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Different Types of Viticulture
Lutte Raisonnée / Lutte Intégrée: The “reasoned struggle,” lutte raisonnée is a tempered approach to vineyard management wherein the grower limits chemical applications to times of necessity, rather than spraying recurrently. In 2002, the French Ministry of Agriculture defined lutte raisonnée as a sustainable practice that “enhances the positive impacts of agriculture on the environment and reduces the negative impacts, without jeopardizing the economic viability of farms.” If, in addition, the vigneron first uses natural alternatives or methods in place of synthetic ones when combatting pests, they are practicing lutte intégrée—the “integrated struggle.” With this approach, vignerons prefer to employ natural copper- or sulfur-based sprays rather than synthetic ones, and may choose sustainable options like sexual confusion—the release of pheromones to bewilder male insects and decrease their ability to mate—or the release of natural predators as a first line of defense against grapevine pests. Cover crops are frequently employed to minimize erosion and enrich biodiversity, and manure or compost may be substituted for synthetic fertilizers. However, this is still a “reasoned struggle,” and a grower retains the right to use whatever means necessary if the threat requires it. In the absence of certification, the exact meaning of necessity is left to each individual’s sense of reason; thus, lutte raisonnée and lutte intégrée are not dissimilar from the “sustainable” viticulture of the USA—often the techniques are honestly intentioned, but sometimes they are just marketing smokescreen.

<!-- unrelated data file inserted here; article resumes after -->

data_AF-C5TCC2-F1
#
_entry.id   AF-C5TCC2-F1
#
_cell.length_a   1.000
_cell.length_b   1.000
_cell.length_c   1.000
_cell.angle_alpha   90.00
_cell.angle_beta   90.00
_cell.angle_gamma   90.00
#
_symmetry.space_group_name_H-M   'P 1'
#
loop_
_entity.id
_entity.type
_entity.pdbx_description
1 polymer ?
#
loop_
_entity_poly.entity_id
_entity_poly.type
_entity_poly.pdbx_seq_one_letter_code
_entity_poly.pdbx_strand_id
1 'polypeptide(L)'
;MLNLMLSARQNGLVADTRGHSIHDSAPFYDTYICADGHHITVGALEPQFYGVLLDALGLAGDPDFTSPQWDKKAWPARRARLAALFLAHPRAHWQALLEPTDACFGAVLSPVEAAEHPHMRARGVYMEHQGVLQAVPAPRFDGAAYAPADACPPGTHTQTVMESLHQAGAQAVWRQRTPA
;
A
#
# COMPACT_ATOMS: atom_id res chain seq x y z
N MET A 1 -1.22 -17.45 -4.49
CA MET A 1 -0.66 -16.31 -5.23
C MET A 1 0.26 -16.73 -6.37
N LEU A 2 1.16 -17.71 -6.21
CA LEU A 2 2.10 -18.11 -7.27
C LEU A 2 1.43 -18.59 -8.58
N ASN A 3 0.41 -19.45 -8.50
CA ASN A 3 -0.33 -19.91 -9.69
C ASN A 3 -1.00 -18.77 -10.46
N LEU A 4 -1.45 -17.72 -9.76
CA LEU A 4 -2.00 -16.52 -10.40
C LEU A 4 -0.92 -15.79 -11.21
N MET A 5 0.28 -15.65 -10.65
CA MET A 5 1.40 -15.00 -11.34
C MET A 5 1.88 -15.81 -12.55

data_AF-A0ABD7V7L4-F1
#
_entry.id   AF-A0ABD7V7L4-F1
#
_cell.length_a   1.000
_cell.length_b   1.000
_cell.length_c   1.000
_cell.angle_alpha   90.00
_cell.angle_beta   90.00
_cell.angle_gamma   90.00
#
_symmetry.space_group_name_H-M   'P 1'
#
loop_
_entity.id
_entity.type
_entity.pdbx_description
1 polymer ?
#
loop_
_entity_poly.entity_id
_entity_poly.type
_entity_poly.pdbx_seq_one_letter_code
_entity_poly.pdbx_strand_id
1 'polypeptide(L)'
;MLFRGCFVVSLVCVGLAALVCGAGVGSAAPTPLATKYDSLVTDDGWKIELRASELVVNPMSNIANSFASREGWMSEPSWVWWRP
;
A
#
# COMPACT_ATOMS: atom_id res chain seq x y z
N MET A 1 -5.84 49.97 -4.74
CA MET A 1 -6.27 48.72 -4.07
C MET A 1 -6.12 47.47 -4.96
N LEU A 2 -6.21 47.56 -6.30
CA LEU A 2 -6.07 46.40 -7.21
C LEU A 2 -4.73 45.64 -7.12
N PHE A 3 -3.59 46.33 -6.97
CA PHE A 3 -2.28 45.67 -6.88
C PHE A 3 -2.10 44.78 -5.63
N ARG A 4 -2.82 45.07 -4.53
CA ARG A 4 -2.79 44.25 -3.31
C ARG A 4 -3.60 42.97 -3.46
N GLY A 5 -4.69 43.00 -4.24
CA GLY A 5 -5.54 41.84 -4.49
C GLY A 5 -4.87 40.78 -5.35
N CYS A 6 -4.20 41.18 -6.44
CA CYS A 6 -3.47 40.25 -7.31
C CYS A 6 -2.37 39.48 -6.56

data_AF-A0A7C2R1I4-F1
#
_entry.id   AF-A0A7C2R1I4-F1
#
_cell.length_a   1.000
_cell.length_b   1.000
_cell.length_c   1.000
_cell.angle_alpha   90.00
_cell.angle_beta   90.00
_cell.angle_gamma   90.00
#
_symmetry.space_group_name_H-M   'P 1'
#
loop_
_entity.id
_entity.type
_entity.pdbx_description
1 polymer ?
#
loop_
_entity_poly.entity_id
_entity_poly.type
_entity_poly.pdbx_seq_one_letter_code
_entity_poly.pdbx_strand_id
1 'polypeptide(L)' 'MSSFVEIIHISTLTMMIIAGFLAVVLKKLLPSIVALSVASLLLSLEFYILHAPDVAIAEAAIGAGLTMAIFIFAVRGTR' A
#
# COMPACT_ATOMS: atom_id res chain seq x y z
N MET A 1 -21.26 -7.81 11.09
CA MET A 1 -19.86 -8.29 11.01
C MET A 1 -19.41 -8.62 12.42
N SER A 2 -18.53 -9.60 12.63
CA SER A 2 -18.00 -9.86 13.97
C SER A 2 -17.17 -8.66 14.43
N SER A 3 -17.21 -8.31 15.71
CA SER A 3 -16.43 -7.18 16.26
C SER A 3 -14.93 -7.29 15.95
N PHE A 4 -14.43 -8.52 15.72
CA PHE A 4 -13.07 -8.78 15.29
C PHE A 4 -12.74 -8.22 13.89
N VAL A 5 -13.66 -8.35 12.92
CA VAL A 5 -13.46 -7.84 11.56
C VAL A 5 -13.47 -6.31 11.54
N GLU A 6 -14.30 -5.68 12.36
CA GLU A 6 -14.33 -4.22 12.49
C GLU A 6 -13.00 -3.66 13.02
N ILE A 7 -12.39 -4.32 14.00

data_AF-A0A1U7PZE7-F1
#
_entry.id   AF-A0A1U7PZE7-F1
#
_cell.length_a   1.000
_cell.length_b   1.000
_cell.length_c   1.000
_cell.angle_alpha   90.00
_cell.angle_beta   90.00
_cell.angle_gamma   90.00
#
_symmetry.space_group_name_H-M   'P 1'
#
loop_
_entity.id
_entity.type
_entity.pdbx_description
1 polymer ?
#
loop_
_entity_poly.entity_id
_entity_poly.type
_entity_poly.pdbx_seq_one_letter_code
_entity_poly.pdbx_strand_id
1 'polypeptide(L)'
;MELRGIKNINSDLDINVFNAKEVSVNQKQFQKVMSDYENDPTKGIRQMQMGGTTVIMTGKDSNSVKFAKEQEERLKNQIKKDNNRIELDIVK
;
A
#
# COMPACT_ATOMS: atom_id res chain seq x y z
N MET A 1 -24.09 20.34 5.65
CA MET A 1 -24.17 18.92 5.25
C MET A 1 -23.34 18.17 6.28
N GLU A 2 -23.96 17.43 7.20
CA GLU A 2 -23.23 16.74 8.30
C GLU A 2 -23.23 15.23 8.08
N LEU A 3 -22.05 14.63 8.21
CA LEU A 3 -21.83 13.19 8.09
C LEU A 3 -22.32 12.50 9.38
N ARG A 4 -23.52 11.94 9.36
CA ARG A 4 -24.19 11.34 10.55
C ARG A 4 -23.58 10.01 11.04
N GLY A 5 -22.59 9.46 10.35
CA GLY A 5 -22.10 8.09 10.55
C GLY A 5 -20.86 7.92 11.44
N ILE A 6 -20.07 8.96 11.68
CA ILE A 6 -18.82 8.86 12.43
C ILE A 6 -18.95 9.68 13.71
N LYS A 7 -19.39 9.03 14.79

Lutte Biologique (Organic Viticulture): In Burgundy, some producers take it a step further and forswear the option of synthetic applications entirely, choosing to cultivate organically instead. Some do so without any oversight, but others choose to gain certification, through third-party organizations like Ecocert. At the close of 2012, the BIVB estimates between 8-12% of the entire Burgundy vineyard is cultivated organically (or biodynamically); the number grows each year.
Biodynamic Viticulture: Has emerged as an important topic in modern Burgundy. Domaine Jean-Claude Rateau was the first estate in the Côte d’Or to adopt a biodynamic approach—way back in 1979—and the movement gained steam in Burgundy by the late 1980s. The ever-growing list of biodynamique producers in Burgundy now includes heavyweights like Domaine Leroy, Domaine de la Romanée-Conti, Domaine Leflaive, Vincent Dauvissat, Comtes Lafon, and Comte Armand. Many are Demeter-certified; others are in the process of converting some or all of their parcels to biodynamic methods. However, it is not always possible to farm in this fashion: among Burgundy’s fragmented vineyards, it is arguably much more difficult to truly adhere to biodynamic (or organic) tenets if your neighbor’s vines are treated conventionally.